According to the American Academy of Orthopaedic Surgeons, broken toes are often the most painful type of foot fracture but are rarely disabling. Toe fractures can occur as the result of a severe stubbing of your toe or a direct blow to your toe -- such as dropping a heavy object. With a broken toe, you should be able to walk and participate in exercise, with a few modifications. Focus on exercises that place little to no stress on your feet.
Visit your doctor. If you experience pain and swelling for more than two to three days, make an appointment with your doctor. A physical examination and x-ray can help determine whether you have an injury more serious than a broken toe. Your doctor will likely instruct you on the use of buddy-tape -- taping your injured toe to an adjacent toe to promote healing.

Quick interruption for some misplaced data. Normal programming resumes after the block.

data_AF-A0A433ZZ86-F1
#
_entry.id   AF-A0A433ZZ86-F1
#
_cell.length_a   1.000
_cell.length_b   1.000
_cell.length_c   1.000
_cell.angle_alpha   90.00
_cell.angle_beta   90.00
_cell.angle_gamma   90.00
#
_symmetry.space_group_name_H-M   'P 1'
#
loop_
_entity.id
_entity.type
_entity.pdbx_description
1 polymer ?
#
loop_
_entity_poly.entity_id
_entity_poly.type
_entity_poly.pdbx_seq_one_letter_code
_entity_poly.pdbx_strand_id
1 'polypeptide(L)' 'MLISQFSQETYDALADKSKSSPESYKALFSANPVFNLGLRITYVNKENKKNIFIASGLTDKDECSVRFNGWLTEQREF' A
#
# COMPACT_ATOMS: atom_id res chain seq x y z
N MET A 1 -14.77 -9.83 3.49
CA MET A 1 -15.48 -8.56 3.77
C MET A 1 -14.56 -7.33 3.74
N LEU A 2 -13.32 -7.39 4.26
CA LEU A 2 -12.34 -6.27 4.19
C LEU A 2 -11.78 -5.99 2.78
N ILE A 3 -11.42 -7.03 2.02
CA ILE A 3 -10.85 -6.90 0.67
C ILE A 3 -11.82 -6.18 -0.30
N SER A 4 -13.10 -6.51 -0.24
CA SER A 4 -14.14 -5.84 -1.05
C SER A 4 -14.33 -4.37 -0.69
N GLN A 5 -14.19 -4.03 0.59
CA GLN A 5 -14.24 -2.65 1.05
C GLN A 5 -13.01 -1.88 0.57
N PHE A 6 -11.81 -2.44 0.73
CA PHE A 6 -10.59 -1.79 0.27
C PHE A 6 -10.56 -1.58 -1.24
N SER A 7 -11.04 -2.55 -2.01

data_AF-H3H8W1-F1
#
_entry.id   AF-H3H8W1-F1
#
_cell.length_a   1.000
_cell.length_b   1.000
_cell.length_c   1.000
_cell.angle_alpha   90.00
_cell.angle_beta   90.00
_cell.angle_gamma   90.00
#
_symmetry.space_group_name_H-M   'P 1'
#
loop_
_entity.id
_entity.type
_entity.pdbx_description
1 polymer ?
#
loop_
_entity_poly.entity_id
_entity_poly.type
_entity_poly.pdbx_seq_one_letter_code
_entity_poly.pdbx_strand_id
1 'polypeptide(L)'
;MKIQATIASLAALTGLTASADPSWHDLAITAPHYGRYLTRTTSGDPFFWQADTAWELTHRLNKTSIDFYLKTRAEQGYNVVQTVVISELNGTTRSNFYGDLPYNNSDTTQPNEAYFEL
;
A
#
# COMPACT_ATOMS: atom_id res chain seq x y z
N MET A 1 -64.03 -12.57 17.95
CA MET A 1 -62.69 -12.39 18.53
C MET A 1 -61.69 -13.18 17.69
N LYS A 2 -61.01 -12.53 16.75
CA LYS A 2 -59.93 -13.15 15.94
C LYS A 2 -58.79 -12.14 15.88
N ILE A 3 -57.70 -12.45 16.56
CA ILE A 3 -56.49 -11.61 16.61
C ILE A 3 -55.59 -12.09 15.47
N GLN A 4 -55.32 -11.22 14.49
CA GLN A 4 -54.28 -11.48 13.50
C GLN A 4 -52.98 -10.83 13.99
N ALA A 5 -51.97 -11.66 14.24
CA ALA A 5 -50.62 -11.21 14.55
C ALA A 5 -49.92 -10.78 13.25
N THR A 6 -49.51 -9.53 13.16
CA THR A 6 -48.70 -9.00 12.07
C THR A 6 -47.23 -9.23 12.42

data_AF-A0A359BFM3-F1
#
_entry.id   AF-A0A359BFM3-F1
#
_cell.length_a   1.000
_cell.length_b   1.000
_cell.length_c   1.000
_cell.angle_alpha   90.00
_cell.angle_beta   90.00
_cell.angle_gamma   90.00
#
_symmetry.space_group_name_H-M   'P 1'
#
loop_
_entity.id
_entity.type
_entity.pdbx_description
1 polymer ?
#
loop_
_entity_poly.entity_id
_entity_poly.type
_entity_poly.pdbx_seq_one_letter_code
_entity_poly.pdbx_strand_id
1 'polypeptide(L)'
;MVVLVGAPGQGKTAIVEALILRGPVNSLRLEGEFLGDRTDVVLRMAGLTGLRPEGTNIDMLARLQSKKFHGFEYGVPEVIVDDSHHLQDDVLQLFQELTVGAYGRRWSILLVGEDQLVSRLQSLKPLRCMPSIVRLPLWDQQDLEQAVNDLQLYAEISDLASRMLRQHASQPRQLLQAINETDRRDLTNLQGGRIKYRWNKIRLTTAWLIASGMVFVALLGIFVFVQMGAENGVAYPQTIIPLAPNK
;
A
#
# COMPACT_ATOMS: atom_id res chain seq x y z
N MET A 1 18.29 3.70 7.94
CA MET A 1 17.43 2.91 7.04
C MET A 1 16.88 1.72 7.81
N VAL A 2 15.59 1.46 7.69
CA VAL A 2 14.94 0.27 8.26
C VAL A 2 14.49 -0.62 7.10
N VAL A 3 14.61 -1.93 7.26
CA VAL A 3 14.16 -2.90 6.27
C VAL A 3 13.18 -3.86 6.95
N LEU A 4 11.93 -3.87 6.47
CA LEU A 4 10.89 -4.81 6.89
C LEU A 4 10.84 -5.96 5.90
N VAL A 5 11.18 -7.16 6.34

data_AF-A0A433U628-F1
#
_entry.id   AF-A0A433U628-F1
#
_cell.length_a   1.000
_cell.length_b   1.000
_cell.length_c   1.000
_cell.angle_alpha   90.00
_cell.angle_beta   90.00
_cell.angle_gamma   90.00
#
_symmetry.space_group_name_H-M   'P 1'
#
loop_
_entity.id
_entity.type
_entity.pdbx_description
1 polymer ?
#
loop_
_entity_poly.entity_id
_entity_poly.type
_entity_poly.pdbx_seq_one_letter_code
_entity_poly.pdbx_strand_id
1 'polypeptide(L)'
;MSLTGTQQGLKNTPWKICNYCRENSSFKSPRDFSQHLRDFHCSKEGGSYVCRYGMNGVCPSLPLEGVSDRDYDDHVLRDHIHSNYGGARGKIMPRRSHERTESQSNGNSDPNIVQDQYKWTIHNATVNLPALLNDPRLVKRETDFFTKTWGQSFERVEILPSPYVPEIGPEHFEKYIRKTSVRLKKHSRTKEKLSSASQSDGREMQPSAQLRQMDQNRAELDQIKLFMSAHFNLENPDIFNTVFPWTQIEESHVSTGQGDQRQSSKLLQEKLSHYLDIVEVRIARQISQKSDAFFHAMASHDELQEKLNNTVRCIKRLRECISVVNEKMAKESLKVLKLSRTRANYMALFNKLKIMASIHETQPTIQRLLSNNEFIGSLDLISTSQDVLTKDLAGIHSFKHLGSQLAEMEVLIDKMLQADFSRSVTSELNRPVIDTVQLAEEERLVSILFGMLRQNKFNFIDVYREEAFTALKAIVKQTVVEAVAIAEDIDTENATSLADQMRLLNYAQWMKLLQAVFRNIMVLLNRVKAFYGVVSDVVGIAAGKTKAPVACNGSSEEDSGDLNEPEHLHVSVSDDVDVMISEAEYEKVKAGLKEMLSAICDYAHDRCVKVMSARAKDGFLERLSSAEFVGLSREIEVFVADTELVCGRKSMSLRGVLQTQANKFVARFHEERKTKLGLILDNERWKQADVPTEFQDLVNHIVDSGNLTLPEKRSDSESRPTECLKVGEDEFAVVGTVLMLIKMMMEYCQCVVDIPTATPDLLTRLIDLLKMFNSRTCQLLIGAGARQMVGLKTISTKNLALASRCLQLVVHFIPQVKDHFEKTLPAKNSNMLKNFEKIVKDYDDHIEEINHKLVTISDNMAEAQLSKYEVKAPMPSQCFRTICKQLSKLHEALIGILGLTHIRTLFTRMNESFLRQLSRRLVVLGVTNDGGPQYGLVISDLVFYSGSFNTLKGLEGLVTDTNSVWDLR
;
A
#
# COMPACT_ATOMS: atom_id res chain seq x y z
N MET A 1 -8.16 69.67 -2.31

Wear a stiff-sole shoe. Wear a sneaker with a stiff sole while exercising with a broken toe. A stiff-sole shoe can help keep your toes inline.
Participate in low-impact and non-weight bearing activities. These exercises place minimal stress on your lower extremities. Walk, ride a bike, use an elliptical machine, go for a swim or lift weights -- work solely on your upper body strength until you recover.
Gradually return to your normal exercise routine. If you experience pain, discontinue and return to low-impact exercises.
Things You'll Need
If you are a diabetic, do not use buddy tape to heal a fractured toe. Talk to your doctor, you may be given a stiff-sole orthopaedic shoe to wear for a few weeks.